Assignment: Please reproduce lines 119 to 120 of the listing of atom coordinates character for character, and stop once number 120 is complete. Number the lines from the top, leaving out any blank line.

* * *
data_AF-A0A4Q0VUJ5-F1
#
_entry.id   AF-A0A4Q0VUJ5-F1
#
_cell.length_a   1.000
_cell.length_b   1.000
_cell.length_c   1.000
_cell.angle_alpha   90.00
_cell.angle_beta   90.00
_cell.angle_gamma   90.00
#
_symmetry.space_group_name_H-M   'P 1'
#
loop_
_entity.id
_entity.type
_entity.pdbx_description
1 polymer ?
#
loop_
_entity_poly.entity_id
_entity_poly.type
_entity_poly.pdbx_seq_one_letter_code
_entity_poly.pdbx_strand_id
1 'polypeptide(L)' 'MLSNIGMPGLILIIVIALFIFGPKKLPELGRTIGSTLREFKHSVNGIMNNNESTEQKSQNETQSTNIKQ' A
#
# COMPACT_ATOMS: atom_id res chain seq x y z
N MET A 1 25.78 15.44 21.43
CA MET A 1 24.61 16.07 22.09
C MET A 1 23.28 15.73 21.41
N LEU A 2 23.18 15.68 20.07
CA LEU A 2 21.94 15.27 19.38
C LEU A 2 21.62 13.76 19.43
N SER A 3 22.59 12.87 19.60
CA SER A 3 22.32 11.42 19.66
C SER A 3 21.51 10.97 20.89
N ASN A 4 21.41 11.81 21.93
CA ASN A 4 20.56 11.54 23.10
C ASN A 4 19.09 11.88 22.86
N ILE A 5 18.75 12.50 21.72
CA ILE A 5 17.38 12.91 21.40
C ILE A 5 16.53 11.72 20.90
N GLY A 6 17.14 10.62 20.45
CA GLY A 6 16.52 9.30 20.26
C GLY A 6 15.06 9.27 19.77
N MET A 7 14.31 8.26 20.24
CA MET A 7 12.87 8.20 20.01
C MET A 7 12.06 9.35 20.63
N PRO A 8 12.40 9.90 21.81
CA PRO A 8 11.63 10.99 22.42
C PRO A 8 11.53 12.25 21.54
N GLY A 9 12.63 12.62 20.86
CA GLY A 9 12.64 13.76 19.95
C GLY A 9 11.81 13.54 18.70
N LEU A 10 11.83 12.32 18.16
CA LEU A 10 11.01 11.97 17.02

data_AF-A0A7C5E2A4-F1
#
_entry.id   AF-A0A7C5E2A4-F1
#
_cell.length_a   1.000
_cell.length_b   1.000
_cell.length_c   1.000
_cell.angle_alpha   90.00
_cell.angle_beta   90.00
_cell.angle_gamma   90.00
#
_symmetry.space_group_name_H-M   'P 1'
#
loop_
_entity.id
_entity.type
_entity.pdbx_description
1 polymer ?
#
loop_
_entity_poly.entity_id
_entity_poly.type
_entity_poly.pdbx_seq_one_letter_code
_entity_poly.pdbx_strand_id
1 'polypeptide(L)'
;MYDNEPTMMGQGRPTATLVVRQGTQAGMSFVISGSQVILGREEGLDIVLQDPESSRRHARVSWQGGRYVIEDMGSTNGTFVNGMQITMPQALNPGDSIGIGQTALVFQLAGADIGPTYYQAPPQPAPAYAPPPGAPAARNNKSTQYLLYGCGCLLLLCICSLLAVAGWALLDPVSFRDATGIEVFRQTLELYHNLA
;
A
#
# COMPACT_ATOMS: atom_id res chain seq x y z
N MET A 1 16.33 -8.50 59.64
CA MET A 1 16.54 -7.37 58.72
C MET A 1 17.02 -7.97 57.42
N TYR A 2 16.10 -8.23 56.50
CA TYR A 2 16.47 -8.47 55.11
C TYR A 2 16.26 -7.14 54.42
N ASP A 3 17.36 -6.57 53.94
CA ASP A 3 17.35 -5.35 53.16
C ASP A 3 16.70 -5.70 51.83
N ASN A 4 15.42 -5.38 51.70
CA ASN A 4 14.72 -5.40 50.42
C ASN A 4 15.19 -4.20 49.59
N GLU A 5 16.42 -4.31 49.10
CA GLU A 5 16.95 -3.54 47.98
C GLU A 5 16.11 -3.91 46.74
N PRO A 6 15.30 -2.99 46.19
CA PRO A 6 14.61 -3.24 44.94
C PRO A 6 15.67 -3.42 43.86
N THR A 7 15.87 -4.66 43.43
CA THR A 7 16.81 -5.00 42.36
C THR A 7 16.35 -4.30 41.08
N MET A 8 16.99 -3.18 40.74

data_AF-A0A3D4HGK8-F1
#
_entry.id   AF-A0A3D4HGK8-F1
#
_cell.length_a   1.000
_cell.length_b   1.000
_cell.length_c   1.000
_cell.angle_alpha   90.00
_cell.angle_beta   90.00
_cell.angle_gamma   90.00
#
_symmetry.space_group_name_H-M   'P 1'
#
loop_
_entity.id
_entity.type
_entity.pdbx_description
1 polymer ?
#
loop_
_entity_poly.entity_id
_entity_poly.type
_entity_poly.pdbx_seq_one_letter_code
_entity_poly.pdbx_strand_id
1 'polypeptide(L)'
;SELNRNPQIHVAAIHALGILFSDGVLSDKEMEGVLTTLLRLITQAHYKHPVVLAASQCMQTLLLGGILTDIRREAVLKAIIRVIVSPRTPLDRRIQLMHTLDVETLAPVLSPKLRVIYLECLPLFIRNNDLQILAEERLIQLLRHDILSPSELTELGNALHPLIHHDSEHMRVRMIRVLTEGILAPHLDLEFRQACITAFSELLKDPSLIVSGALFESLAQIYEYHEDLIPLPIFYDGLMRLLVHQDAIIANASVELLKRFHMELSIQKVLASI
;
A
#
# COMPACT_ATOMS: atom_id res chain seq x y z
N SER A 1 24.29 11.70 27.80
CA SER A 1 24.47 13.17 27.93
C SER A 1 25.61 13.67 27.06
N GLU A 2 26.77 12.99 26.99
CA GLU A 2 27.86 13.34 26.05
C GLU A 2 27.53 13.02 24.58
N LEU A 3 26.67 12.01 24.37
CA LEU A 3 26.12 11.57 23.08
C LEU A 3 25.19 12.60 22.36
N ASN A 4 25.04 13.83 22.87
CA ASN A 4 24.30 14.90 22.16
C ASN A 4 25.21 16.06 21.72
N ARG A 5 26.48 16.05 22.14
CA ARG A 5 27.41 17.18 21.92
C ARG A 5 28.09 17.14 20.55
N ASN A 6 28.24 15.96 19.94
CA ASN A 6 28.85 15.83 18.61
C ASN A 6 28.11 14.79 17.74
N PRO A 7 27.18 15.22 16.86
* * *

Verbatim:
#
_symmetry.space_group_name_H-M   'P 1'